Can This Brand Be Saved?
How do you go from being hip and cool to "samey and boring?" A brand is much like a relationship. At the beginning of a relationship, everything is new and exciting. Many relationships fade over time in terms of fun, passion and relevance. Does this mean the relationship has to end or that a brand like Gap is going to disappear?
One way to revitalize any relationship is to go back to the story of origin. "What made you fall in love with each other?” is a key question that couples get asked in marriage counseling. What made Gap open its first store? "Back in the 1960s, Donald and Doris Fisher were desperate to find some jeans that actually fit. They were selling primarily Levi’s jeans and LP records."
The connection to music and Gap’s clothing has faded like a song you can't quite remember what the lyrics are any more or why you used to love it. In its heyday, The Gap ran multiple-page ads in Rolling Stone because both of the brands celebrated music, fashion and freedom of expression. "GAP" was a representation of the generation gap between old people and the new hippies seeking peace. That message is gone, but if it can come back with new relevant issues, it can revitalize the brand.
Gap can learn some lessons from Converse, which also was stuck in the past. At the Coca-Cola CMO Leadership Summit, I heard Geoff Cottrill speak about his years as the chief marketing officer of Converse.
Cottrill is now the senior vice president of strategic marketing at Coca-Cola. The culture at Converse was one of “We used to be … We used to be as big as Nike. We used to be the No. 1 choice for basketball players.” The company had black-and-white pictures surrounding all the employee offices, which were only focused on the past.
When Converse asked its young target market if they cared about the brand’s 100th anniversary, they said, "it just makes me think you are old.” It became time to focus on the next 100 years.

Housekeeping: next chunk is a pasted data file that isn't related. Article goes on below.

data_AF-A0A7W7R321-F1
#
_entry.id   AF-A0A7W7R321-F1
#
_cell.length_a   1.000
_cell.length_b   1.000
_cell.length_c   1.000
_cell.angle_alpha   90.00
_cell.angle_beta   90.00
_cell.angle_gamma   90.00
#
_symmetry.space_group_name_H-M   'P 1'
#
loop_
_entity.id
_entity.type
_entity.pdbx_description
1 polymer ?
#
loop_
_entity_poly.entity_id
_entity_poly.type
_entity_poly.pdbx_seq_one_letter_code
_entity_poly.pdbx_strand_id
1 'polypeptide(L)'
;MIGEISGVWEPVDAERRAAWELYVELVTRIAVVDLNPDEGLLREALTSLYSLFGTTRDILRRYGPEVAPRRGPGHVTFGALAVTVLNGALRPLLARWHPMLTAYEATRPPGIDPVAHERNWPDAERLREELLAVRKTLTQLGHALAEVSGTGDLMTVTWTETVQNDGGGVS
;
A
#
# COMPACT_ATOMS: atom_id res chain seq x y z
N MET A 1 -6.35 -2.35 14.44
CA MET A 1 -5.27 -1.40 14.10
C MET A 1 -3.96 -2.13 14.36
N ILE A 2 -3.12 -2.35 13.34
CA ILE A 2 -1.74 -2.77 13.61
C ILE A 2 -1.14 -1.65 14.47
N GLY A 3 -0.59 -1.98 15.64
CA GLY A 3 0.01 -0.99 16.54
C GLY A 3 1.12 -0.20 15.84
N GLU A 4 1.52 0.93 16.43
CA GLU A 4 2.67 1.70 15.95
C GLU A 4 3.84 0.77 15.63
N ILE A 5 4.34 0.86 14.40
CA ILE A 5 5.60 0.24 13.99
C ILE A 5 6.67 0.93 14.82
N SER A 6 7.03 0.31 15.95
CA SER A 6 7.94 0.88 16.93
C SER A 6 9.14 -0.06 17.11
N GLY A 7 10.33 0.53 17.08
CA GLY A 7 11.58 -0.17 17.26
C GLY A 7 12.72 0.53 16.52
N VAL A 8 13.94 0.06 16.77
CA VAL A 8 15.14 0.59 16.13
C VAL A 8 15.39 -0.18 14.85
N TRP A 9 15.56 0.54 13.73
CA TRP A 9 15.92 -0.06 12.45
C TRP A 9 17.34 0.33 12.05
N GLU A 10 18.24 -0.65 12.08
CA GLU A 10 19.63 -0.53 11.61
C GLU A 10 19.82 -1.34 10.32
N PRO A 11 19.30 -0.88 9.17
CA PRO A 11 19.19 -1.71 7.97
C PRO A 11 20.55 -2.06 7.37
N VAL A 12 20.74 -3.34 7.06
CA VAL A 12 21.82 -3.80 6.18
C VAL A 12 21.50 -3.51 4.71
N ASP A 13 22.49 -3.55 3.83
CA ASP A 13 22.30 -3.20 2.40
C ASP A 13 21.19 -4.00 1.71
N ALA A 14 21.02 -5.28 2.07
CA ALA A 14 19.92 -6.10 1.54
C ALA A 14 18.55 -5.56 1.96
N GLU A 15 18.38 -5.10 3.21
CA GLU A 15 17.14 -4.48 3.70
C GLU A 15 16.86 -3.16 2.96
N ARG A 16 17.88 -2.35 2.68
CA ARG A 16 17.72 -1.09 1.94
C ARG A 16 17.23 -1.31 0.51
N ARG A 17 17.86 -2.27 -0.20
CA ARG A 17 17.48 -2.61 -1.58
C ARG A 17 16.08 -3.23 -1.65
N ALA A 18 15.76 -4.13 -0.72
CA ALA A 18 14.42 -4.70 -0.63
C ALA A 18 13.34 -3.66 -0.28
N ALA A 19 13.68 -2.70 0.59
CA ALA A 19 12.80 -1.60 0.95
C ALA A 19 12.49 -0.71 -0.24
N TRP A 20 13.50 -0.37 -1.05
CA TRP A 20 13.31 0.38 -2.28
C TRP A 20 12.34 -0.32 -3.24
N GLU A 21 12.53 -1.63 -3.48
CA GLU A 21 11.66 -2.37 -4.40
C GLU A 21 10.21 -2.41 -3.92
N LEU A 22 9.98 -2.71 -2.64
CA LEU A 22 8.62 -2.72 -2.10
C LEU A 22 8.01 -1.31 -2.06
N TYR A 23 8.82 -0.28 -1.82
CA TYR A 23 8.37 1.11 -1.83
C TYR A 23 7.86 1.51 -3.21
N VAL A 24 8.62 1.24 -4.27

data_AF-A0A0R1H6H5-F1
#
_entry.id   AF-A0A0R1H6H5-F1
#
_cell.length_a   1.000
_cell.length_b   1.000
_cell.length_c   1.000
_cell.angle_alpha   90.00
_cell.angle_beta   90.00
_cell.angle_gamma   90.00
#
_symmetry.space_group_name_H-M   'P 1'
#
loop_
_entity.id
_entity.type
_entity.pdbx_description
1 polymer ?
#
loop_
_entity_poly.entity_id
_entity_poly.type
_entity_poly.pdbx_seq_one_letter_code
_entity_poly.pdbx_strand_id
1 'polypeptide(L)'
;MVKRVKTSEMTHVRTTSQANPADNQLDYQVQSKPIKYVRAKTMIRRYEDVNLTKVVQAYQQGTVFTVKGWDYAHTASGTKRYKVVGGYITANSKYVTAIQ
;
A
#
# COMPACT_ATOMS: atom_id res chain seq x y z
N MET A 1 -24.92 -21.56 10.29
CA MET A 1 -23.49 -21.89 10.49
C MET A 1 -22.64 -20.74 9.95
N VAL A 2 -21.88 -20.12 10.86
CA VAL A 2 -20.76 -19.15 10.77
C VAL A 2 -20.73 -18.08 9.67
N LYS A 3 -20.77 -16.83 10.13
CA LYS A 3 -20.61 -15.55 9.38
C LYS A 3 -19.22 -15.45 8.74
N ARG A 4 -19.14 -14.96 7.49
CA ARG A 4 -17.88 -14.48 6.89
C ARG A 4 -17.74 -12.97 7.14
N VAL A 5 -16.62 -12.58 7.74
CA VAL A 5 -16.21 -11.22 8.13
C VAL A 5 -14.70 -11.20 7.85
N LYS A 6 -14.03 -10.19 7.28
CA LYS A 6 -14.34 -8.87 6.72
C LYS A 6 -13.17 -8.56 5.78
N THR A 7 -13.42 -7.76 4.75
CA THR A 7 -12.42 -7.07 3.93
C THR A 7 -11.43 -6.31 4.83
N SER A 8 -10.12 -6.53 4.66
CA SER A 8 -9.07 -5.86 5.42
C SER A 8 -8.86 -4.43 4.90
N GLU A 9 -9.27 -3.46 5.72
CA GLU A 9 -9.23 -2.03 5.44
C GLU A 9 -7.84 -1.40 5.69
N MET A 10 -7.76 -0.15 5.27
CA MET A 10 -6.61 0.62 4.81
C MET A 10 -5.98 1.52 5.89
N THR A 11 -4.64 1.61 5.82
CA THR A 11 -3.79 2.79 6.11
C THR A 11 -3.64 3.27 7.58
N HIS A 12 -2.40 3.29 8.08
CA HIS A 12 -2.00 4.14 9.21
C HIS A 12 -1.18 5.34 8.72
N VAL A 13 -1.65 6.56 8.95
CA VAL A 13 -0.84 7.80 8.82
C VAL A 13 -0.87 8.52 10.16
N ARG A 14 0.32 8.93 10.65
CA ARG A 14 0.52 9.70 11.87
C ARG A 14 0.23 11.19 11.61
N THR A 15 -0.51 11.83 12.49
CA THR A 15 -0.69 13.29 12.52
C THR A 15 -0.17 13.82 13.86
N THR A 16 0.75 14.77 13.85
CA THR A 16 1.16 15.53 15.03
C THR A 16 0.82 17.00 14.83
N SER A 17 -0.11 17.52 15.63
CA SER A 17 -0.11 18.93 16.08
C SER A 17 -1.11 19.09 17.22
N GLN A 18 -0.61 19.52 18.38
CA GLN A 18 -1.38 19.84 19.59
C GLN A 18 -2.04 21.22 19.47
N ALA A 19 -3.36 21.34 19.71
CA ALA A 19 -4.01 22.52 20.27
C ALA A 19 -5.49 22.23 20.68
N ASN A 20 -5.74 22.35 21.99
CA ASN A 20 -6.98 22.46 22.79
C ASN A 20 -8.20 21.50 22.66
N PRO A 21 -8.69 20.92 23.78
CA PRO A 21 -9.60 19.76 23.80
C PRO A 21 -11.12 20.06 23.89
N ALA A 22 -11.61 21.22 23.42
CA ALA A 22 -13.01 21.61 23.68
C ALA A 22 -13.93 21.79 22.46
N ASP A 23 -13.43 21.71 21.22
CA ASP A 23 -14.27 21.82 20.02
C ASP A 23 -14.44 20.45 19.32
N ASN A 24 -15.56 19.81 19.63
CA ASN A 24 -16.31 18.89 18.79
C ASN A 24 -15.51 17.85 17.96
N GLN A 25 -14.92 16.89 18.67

Cottrill decided to thank customers for their loyalty. He created a new, simple ad: “Thank You.” The agency created a gallery of people who had customized their Converse Chucks. What if Gap let people customize their T-shirts to raise awareness for social issues like climate change or homelessness? The homeless issue is a big problem in San Francisco, which is home to Gap's corporate headquarters.
Imagine if Gap started a program to donate a percent of its sales to the homeless or decided to give a T-shirt to a homeless person for every T-shirt you buy? TOMS Shoes donates a pair of shoes for every pair bought, and the company has become a huge success.
Converse also began truly interacting with its customers. The brand launched Converse Rubber Tracks with its marketing budget to help young musicians, instead of just repeating the old message to buy shoes. This became a massive international success. What if Gap went back to its musical roots and did something to help young artists create their music?
Here are three tips to jump-start your brand before it's too late:
- Listen to how you can help.
- Say "thank you."
- Give with no expectation of what you get back.
If Gap tries this strategy, it might just turn around and get back to being hip and becoming the canvas for people to make a difference and express their individuality.
John Livesay, author of "Better Selling Through Storytelling," is a highly sought-after keynote storytelling speaker and Forbes columnist. During his talks, he shares the life-changing lessons he’s learned from his award-winning sales career at Conde Nast to help people become revenue rockstars by forming emotional connections with clients through stories. Livesay is the host of The Successful Pitch podcast, which is heard in over 60 countries.
John Livesay, author of Better Selling Through Storytelling, is a highly sought-after keynote storytelling speaker and Forbes columnist. During his talks, he shares the life-changing lessons he’s learned from his award-winning sales career at Conde Nast to help people become revenue rockstars by forming emotional connections with clients through stories. Livesay is the host of “The Successful Pitch” podcast, which is heard in over 60 countries.